In Shakespeare’s Othello, the black general of the title is driven to murder and suicide by the jealousy of his lieutenant who wrongly believes Othello has slept with his wife.
IN this world premiere, Nicholas Wright chooses to make many ironic and sometimes lame comparisons with that triangular relationship via a semi-factual depiction of the great black singer/actor/activist Paul Robeson and his love affair with his leading lady Uta Hagen, married to actor/director Jose Ferrer.
The link is that the trio are touring 1940’s America in Othello.
If that seems a bit laboured – you ain’t heard nothing yet. Robeson, played magisterially and sonorously by Tory Kittles is truth to tell a very wooden Othello, booming and intoning, we are told by his director, the redoubtable Peggy Webster, played sharply and astutely by Pandora Colin.
What he lacks is truth in his fury she tells him and us. When mid-play he has a flash of temper against Ute and tries to strangle her in her hotel room with a pillow – a la Othello, by George he gets the hang of acting angry ! Really ? Yes .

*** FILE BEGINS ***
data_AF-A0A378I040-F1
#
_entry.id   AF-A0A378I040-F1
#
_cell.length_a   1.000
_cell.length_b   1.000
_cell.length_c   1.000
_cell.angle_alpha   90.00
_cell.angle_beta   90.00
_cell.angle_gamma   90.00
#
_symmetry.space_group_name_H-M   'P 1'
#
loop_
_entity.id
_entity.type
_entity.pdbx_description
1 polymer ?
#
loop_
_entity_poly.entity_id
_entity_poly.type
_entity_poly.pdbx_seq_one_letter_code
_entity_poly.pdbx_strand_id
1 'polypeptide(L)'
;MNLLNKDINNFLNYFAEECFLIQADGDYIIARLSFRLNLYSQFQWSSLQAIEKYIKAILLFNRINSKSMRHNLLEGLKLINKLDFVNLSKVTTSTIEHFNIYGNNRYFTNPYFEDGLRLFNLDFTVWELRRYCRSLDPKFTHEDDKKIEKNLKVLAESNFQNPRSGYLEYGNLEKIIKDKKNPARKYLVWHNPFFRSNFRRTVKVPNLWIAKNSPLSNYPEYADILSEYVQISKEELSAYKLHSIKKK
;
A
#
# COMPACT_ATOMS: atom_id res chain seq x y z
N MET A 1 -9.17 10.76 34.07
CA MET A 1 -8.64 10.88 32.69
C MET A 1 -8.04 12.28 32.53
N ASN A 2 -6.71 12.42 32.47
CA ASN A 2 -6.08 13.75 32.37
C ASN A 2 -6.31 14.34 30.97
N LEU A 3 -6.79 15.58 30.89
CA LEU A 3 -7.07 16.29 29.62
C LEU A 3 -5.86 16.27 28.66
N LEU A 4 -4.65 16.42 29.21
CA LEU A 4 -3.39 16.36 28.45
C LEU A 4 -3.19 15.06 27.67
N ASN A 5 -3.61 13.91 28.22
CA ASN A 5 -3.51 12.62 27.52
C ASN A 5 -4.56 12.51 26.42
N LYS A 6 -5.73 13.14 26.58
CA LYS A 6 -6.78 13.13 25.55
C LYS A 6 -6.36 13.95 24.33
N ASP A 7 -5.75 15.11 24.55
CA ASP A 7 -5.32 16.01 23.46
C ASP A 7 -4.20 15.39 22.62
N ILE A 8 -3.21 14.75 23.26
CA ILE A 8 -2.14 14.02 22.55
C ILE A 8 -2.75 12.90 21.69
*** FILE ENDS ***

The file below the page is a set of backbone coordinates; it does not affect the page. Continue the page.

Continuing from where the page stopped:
It gets worse. Jose, played with an angry pomposity and brutishness by Ben Cura, plays chess with Robeson the night he discovers the affair with his wife. “Your move” they say to one another throughout the game of chess pieces and verbal manoeuvres. Wright isn’t laying on the idea with the deft light touch of an artist’s palette knife, but with the heavyweight clumsiness of a bad bricklayers trowel.
Emma Paetz as Ute is beautiful, energetic, boundlessly talented, honest and we really like her.
Robeson can’t see the irony of accusing her of “cheating” by sleeping regularly with her husband, though it does get one of the few laughs in the play.
Richard Eyre directs the 8 episodes of their story – each in a different US city hotel, with speed and clarity, but he really can’t correct the play’s flaws.
There’s a second storyline about Robeson’s civil rights activism and his many visits to Soviet Russia. His espousal is of the communist ideal but not of their methodology but as Ute points out he can’t bring himself to criticise the brutal regime.
This might have been more interesting as a theme than their rather tawdry love affair. It’s a play full of irony- rather too much for its own good.
The acting is superb; the direction clear and unfussy – but the writing – oh dear the writing!
8 Hotels is at the Minerva Theatre, Chichester until August 24.
Review by Brian Butler